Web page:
Poetry Depot

March 16, 2011

Ko Un, Major Contemporary Poet from Korea

Filed under: Korea — razvan @ 1:24 am

Ko Un (born on 1 August or 11 April 1933) is a South Korean poet. His works have been translated and published in more than 15 countries and he has been imprisoned many times.[1] Un is often considered a likely winner of the Nobel Prize in Literature,[2] so much so that reporters have camped outside his house ahead of the annual announcement.[1][3] (from wiki)
Ko Un was a witness to the devastation of the Korean War. He volunteered for the People’s Army, but was rejected because he was underweight. 

He became a Zen Buddhist monk in the 1950s, and returned to secular life sometime in the 1960s.

Ko Un became an activist opposing the harsh and arbitrary rule of South Korea’s president, President Park Chung-hee. His dissident activities led to several terms of imprisonment and torture.

The democratization of South Korea in the late 1980s finally gave Ko Un the freedom to travel to other countries, including a visit to the United States and make a spiritual journey through India. (from Poetry Chaikhana)

A Long Night 

We put up a tent for the night
between Shigatse and Latse.
As soon as the tent was up
a storm broke.
The tent shook as if about to fly away.

The water rose
up the river bank,
and with it the loud sound of the stream.

Shortly before, our water had boiled at 80 Centigrade.
Not anything like 100.
My anxiety and resignation had boiled away with it.
(more…)

February 28, 2011

Afghan Poetic Identity Today

Filed under: Afghan — Tags: , , , — razvan @ 2:08 am

When the BBC’s War correspondent Jonathan Charles made an appeal for Afghan civilians to send in their war poetry, little did he anticipate the flood of writing it would inspire. Here, he explores a selection of those poems and interviews the authors. The writers have many stories to tell which have inspired haunting poetry. Verse has, for some, become the best way of expressing not only the sights and sounds of the war, but the emotions. This is poetry of witness, of anger, propaganda, and it’s a catharsis. While Jonathan was interviewing one poet, the writer suddenly revealed that he had been the finance minister of Afghanistan in the 1970s and later lived under house arrest. He has turned away from politics and is now writing poetry.

Complete story and the voices of Afgan poetry, on BBC site

December 10, 2010

A poem by Liu Xiaobo, Nobel Laureate for Peace in 2010

Filed under: chinese, chinese — Tags: , , , , , , — razvan @ 1:17 pm

The writer that caused all the stir at the Nobel Prize for Peace ceremony in 2010 is Liu Xiaobo. As he is still in jail in China for political reasons, the presence of foreign ambassadors in Oslo for the ceremony became a problem of diplomatic offence for Chinese officials. It looks like it is for the first time from 1936 when the prize is not received by the laureate or by someone from his family. Last time the laureate was living in Germany in nazi regime. According to news reports, this time the Chinese authorities placed even the wife of Liu Xiaobo under house arrest.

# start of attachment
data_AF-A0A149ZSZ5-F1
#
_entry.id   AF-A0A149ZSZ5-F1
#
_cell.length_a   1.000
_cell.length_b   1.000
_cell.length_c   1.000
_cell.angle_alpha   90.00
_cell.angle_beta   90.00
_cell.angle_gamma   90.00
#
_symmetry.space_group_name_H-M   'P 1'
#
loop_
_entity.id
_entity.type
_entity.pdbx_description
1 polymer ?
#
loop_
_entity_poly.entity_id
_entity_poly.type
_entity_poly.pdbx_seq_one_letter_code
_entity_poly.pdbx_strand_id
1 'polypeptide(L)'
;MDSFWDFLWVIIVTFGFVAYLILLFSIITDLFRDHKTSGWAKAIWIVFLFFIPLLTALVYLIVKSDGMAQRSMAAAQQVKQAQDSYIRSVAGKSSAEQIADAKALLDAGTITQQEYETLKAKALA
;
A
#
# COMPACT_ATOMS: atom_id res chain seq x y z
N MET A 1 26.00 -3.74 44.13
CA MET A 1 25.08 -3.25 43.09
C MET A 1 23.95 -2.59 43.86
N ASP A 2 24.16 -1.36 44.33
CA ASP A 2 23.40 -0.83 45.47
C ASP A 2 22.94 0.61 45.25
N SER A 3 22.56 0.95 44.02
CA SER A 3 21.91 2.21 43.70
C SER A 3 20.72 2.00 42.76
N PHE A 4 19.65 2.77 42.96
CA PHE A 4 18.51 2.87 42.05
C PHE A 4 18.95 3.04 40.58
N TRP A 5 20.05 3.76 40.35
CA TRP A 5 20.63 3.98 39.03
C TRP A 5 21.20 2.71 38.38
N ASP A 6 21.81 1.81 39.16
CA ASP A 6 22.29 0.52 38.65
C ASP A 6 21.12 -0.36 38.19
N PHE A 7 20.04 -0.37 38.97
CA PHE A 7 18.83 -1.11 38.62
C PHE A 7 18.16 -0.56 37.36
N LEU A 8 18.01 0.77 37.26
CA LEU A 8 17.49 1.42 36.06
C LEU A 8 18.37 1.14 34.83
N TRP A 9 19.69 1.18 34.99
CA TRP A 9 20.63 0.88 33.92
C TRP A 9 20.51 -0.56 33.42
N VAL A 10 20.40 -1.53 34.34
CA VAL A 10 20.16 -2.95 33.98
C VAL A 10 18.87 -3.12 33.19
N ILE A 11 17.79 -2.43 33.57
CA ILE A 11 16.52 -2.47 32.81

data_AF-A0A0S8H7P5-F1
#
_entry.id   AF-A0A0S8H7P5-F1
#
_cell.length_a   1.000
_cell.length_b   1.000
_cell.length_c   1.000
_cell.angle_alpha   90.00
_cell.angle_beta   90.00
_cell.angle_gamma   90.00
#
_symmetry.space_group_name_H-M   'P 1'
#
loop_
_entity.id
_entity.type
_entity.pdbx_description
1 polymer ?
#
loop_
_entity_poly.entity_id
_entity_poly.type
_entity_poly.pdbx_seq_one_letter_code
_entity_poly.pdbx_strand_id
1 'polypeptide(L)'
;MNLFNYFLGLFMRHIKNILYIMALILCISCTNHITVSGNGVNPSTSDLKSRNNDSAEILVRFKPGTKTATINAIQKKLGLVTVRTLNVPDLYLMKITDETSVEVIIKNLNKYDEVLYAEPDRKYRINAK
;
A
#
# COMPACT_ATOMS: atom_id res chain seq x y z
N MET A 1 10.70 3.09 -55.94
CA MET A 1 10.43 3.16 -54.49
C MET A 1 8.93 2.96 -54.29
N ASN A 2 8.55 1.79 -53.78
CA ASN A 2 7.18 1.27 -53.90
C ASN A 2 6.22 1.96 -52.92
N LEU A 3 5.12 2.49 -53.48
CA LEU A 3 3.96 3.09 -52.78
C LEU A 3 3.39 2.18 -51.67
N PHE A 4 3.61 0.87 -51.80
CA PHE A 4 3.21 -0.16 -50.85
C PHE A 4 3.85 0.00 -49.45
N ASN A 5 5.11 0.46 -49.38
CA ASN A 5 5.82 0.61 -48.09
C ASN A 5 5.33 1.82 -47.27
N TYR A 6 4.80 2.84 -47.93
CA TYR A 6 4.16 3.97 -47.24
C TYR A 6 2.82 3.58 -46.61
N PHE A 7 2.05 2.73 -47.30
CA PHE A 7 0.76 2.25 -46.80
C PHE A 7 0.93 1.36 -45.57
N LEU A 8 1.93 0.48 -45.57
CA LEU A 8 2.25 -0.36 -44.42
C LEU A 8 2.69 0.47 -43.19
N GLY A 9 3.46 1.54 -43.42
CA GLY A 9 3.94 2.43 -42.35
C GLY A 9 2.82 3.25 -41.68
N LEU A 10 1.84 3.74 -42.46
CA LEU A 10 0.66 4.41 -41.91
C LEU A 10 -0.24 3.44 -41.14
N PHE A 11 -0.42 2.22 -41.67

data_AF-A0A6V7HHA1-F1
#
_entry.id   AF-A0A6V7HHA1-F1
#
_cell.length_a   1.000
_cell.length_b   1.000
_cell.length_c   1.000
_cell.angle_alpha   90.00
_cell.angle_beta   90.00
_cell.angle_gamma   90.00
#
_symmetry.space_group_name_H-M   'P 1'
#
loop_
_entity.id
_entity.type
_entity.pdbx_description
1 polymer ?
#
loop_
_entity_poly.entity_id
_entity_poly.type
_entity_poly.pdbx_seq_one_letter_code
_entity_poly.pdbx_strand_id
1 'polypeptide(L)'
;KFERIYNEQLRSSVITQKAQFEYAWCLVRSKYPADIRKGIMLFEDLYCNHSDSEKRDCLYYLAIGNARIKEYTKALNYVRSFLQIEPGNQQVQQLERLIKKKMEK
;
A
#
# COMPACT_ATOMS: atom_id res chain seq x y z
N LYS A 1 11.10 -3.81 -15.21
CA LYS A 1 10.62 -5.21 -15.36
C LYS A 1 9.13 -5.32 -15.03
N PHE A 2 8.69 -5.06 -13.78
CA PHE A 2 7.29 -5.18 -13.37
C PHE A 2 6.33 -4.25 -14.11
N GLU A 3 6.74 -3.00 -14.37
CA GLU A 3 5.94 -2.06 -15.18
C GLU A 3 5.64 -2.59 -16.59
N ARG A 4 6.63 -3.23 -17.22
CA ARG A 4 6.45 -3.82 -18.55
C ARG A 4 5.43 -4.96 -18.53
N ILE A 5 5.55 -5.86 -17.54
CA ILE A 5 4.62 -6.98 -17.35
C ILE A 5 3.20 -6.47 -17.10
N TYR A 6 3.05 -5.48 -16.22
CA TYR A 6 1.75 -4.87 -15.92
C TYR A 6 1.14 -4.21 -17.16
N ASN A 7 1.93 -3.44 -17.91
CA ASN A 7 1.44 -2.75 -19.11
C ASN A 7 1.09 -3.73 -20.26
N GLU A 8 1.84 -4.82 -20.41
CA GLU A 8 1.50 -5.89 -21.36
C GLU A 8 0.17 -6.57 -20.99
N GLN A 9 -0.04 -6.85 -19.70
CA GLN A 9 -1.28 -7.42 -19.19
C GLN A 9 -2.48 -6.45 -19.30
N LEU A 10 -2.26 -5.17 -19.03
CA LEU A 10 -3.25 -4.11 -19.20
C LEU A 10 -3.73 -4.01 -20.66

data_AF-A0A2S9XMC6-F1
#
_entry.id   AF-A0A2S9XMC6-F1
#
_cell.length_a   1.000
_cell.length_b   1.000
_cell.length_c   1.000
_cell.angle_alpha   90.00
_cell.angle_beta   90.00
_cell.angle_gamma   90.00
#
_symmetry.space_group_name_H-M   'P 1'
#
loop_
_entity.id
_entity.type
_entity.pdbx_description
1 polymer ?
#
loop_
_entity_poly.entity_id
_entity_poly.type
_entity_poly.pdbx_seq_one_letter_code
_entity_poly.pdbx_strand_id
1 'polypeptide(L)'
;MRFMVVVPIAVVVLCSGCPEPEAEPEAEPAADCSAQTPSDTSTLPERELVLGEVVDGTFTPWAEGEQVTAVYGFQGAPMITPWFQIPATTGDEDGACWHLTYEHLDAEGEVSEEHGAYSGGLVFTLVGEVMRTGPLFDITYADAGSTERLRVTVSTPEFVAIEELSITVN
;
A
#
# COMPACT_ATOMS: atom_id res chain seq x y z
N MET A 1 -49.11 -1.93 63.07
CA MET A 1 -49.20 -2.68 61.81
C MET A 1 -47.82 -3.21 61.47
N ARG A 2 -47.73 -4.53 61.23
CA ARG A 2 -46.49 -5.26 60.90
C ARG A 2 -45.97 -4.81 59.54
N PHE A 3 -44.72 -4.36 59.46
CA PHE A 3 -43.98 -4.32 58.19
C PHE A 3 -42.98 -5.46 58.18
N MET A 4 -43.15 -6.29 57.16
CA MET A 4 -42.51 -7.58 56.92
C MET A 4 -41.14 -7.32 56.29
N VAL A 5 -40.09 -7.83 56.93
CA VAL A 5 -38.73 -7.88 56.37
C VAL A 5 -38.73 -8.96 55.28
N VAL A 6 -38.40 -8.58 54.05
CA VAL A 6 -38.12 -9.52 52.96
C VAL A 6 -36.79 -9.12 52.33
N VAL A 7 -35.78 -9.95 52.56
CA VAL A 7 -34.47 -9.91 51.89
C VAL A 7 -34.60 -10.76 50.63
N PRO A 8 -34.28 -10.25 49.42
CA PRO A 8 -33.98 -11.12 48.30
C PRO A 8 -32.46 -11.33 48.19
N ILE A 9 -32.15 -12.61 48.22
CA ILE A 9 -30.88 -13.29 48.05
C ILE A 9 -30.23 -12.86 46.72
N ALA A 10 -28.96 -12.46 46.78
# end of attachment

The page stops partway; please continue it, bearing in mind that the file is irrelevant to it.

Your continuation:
The Chinese reaction was not so hard to guess: “What on earth has Liu Xiaobo ever contributed to human peace?”.

China’s propaganda apparatus first put the spotlight on Liu’s allegedly treasonous views in the aftermath of the Tiananmen crackdown. Liu was jailed for his role in the student protests – and targeted for vitriolic attack by the official media. Liu, said the People’s Daily at the time, is a “traitor from head to toe.” (washingtonpost)

How can look a poem by someone that is convicted 11 years for “inciting subversion of state power”?

Longing to Escape 

for my wife
abandon the imagined martyrs
I long to lie at your feet, besides
being tied to death this is
my one duty
when the heart’s mirror-
clear, an enduring happiness
your toes will not break
a cat closes in behind
you, I want to shoo him away
as he turns his head, extends
a sharp claw toward me
deep within his blue eyes
there seems to be a prison
if I blindly step out
of with even the slightest
step I’d turn into a fish

8. 12. 1999

from Pen American Center

Liu Xiaobo is a political activist, university lecturer and author who has fought for a more democratic and open China for more than 20 years. His poetry collection was acquired by Graywolf editor Jeffrey Shotts (more…)

December 7, 2010

Contemporary poetry from Syria by Nadim Alwazzeh

Filed under: Arabic, Asian, Syrian — razvan @ 12:47 am

Nadim Alwazzeh is a Syrian poet and founder of the poet website and editor of Ugarit electronic magazine http://www.ugaritemagazine.com/. from here

The video beneath says it features poetry by rohit gupta, buttermere and nadim alwazzeh

رحلة لم تتمّ
نديم الوزه

A Journey which has not been completed

Nadim Alwazzeh

(Syrian poet)

1

أبي أتى من جبال اللاذقية, و لا أدري إذا ما كان طلب الرزق وحده يكفي للتخلّي عن طبيعة خضراء؟

My father has come from the mountains of Lattakia, and I don’t know whether asking for livelihood only is enough to forsake a green nature

2

أنا ولدت في دمشق كي أعيش فقيراً، شاعراً بتفاهة الفقر، و لا أعتقد أنني سأعيش مرتاحاً إلا بقدرة قادر!

I was born in Damascus to live poor, feeling the silliness of poverty, and I don’t think that I’ll live comfortable except by the power of a capable

3

تبقى الحياة في دمشق أفضل منها في بيروت، على الأقل تجاوزنا المرحلة التاريخية لملوك الطوائف. (more…)

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